National Day: majulah foreign talent?
Do you sometimes feel as if you are living in a Chinese province in Singapore? With the flood of PRC people everywhere I also feel the same way.
Sumiko Tan of the Sunday Times wrote an article about her experience in Geylang. She was surprised by the overwhelming presence of PRC people there. In fact, Geylang is more Chiinatown than the Chinatown downtown.
Are these PRC people in Geylang you see in the stores, restaurants and eateries just employees or the owners? My instinct tells me they own the businesses, and that is troubling. I have heard accounts of PRC people competing with locals even in the collection of cardboards which poorer Singapore senior citizens do to make ends meet.
This reminds me of the crows in Sri Lanka. I noticed crows everywhere there, from the beaches to the highlands. In their tens of thousands, they rule the skies so smaller birds have been muscled out and are rarely seen.
Apart from food, the chief attraction of Geylang is the street walkers and brothels.. Its “fame” has spread to Johor Bahru and Batam. Customers have a buffet of choices from PRC, Thai, Indian to Vietnamese chicks.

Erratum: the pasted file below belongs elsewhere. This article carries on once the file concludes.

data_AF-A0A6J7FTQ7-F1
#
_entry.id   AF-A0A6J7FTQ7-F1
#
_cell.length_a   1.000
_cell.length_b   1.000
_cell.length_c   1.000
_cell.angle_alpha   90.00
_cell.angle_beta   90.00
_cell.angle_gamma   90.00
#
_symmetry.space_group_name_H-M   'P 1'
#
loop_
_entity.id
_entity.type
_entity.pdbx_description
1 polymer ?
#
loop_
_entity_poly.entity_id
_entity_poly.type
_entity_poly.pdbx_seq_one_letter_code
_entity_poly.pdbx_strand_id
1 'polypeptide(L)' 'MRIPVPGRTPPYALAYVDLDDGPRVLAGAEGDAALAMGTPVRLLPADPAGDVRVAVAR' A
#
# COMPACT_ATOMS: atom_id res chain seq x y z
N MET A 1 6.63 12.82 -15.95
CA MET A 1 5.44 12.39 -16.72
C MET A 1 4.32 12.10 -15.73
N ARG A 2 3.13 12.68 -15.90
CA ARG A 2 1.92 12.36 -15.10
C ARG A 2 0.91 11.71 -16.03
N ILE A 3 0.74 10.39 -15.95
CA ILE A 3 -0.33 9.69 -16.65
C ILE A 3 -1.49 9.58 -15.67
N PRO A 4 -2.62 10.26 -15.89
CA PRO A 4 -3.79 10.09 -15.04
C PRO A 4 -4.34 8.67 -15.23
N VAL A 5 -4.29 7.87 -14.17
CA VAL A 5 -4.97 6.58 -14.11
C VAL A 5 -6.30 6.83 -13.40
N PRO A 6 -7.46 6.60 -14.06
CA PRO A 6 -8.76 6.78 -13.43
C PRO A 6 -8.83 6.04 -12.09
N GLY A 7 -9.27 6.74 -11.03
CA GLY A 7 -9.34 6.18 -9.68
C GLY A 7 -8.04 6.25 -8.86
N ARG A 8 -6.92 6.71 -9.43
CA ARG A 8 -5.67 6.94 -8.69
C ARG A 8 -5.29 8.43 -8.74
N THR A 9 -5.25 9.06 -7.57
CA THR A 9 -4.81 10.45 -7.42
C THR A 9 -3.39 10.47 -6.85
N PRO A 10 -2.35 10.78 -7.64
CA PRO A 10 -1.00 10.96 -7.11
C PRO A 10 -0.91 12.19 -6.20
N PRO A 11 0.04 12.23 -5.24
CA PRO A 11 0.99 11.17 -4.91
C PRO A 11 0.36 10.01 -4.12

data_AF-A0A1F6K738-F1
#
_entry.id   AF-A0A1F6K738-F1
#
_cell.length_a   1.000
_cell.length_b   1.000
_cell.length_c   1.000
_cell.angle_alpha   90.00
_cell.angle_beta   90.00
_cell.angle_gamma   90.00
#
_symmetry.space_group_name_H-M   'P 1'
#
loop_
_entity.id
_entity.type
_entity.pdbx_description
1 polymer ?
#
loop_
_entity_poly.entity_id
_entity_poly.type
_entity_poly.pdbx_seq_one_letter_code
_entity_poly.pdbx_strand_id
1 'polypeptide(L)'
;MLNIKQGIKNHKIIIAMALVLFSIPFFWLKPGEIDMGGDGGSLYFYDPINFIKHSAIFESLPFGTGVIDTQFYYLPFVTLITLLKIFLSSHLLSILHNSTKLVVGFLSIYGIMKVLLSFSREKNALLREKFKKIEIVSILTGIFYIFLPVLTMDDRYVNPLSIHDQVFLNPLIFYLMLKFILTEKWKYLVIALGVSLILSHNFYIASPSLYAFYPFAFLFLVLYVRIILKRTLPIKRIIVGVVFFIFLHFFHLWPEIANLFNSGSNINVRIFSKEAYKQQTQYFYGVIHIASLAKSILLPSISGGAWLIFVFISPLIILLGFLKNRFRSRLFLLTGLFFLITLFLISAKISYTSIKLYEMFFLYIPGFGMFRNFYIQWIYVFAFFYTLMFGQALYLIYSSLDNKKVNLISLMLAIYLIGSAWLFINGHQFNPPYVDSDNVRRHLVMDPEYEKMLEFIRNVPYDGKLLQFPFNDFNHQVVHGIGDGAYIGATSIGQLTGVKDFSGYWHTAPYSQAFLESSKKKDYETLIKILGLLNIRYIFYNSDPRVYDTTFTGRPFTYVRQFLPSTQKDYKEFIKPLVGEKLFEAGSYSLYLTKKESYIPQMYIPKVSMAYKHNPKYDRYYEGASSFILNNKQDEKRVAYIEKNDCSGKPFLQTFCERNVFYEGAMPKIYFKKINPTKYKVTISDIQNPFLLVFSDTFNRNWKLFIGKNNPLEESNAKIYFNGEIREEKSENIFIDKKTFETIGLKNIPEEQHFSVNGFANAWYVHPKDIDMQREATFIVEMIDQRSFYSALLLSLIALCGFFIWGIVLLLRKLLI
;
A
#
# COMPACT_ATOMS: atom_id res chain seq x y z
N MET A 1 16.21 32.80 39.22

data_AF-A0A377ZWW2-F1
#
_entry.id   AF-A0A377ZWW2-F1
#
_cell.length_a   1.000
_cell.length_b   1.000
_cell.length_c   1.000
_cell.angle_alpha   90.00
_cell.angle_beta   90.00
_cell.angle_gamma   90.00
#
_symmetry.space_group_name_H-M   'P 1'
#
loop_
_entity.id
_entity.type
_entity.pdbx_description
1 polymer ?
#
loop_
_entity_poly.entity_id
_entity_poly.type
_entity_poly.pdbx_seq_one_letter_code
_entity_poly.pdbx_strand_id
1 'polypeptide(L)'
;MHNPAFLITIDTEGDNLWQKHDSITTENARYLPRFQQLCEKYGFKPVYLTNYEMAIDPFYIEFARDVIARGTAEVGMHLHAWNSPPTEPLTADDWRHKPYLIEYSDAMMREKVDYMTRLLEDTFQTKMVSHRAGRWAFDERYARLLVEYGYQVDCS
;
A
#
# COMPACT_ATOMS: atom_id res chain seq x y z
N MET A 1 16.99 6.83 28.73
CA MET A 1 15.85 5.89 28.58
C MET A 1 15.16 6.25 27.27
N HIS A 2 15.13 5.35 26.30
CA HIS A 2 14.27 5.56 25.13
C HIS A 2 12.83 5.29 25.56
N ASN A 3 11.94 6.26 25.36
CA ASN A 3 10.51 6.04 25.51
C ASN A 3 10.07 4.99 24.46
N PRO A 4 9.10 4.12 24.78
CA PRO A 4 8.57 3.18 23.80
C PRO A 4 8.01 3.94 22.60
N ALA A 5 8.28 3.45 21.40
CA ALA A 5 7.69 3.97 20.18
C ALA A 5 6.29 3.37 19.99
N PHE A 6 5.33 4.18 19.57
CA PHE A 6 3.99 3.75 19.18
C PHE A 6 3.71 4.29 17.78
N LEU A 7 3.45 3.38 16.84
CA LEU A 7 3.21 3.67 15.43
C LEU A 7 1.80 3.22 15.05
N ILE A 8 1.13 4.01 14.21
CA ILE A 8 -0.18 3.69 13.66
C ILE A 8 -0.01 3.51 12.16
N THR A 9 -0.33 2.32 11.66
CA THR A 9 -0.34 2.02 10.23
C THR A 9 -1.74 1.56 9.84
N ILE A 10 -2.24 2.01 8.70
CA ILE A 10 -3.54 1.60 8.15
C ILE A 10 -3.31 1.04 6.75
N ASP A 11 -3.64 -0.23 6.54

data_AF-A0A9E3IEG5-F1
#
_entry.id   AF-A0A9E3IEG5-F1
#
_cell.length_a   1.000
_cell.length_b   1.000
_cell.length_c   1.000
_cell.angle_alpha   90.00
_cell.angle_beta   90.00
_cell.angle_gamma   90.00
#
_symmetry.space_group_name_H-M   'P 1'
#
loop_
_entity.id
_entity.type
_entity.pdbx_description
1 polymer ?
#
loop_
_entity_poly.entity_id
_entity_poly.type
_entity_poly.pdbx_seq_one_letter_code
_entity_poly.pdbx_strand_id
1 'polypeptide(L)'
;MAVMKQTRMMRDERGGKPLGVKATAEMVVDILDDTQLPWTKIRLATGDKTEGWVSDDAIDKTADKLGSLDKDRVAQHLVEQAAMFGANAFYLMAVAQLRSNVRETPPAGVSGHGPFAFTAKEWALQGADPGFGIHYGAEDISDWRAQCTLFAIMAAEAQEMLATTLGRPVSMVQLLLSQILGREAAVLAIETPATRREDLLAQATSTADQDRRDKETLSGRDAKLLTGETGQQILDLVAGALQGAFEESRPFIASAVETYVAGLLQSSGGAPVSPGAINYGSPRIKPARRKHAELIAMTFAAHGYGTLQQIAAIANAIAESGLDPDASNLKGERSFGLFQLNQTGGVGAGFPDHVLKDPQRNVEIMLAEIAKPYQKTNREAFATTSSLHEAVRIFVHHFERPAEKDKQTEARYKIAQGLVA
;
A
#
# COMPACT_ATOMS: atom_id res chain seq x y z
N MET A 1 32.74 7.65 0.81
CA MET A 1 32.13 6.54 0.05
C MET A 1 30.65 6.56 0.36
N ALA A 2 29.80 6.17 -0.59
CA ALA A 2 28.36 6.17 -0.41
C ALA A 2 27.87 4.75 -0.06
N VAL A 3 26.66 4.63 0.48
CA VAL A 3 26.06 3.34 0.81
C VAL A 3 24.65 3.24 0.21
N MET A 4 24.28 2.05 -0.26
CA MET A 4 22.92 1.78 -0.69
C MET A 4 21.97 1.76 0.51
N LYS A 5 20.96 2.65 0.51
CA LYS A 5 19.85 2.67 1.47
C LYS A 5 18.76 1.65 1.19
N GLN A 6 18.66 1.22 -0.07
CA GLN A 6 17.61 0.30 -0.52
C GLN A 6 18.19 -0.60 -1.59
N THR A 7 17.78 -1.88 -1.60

The authorities seem to have lost control of Geylang. After 11 pm, another sort of life takes over the back lanes and lorong.
All this is happening in squeaky clean Singapore? Yes, and the foreign media have long wondered at the oddity.
Having unleashed a flood of foreigners or foreign talent, the PAP government failed to monitor them so they have run wild all over the place.
In the words of Temasek Review Emeritus, the leading social-political
blog in Singapore:” In an interview with National Geographic magazine in December 2009, PAP supreme leader Lee Kuan Yew proclaimed that it is a good thing that Singapore is welcoming so many Chinese immigrants from mainland China as they are harder-driving and harder-striving than Singaporeans.”
In his speech at the swearing-in ceremony of new MPs, PM Lee said,”…we will address the issues preoccupying Singaporeans, such as healthcare, housing and immigration. We will review both the policies and their implementation, as well as our broader approach to tackling these issues.”
Perhaps Prime Minister Lee could go undercover and see the real situation for himself at ground level and not from an ivory tower.
A PRC store: instead of the term “Cashier” you see the Chinese words “shou yin tai”. Welcome to Chinapore!
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